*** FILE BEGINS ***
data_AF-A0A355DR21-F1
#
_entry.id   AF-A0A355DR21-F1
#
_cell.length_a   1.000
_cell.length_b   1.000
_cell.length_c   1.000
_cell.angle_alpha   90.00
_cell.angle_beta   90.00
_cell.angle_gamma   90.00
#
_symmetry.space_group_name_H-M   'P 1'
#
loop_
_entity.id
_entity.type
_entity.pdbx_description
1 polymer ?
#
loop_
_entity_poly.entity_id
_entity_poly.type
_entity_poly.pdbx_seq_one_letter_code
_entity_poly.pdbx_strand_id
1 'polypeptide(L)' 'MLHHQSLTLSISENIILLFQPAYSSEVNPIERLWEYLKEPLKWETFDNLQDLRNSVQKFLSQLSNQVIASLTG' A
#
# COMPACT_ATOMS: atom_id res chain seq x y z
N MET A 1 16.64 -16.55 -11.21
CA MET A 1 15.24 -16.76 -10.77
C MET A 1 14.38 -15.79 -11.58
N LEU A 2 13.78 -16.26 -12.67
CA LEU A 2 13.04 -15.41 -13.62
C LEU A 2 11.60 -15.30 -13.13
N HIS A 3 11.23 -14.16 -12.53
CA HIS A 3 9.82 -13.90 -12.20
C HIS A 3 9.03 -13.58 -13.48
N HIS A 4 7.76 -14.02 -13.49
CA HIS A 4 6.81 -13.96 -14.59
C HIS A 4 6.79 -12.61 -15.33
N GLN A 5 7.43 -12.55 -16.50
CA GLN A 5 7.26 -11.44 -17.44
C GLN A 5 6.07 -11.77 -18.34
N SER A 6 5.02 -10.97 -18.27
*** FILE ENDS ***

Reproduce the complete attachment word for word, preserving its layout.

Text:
data_AF-A0A355DR21-F1
#
_entry.id   AF-A0A355DR21-F1
#
_cell.length_a   1.000
_cell.length_b   1.000
_cell.length_c   1.000
_cell.angle_alpha   90.00
_cell.angle_beta   90.00
_cell.angle_gamma   90.00
#
_symmetry.space_group_name_H-M   'P 1'
#
loop_
_entity.id
_entity.type
_entity.pdbx_description
1 polymer ?
#
loop_
_entity_poly.entity_id
_entity_poly.type
_entity_poly.pdbx_seq_one_letter_code
_entity_poly.pdbx_strand_id
1 'polypeptide(L)' 'MLHHQSLTLSISENIILLFQPAYSSEVNPIERLWEYLKEPLKWETFDNLQDLRNSVQKFLSQLSNQVIASLTG' A
#
# COMPACT_ATOMS: atom_id res chain seq x y z
N MET A 1 16.64 -16.55 -11.21
CA MET A 1 15.24 -16.76 -10.77
C MET A 1 14.38 -15.79 -11.58
N LEU A 2 13.78 -16.26 -12.67
CA LEU A 2 13.04 -15.41 -13.62
C LEU A 2 11.60 -15.30 -13.13
N HIS A 3 11.23 -14.16 -12.53
CA HIS A 3 9.82 -13.90 -12.20
C HIS A 3 9.03 -13.58 -13.48
N HIS A 4 7.76 -14.02 -13.49
CA HIS A 4 6.81 -13.96 -14.59
C HIS A 4 6.79 -12.61 -15.33
N GLN A 5 7.43 -12.55 -16.50
CA GLN A 5 7.26 -11.44 -17.44
C GLN A 5 6.07 -11.77 -18.34
N SER A 6 5.02 -10.97 -18.27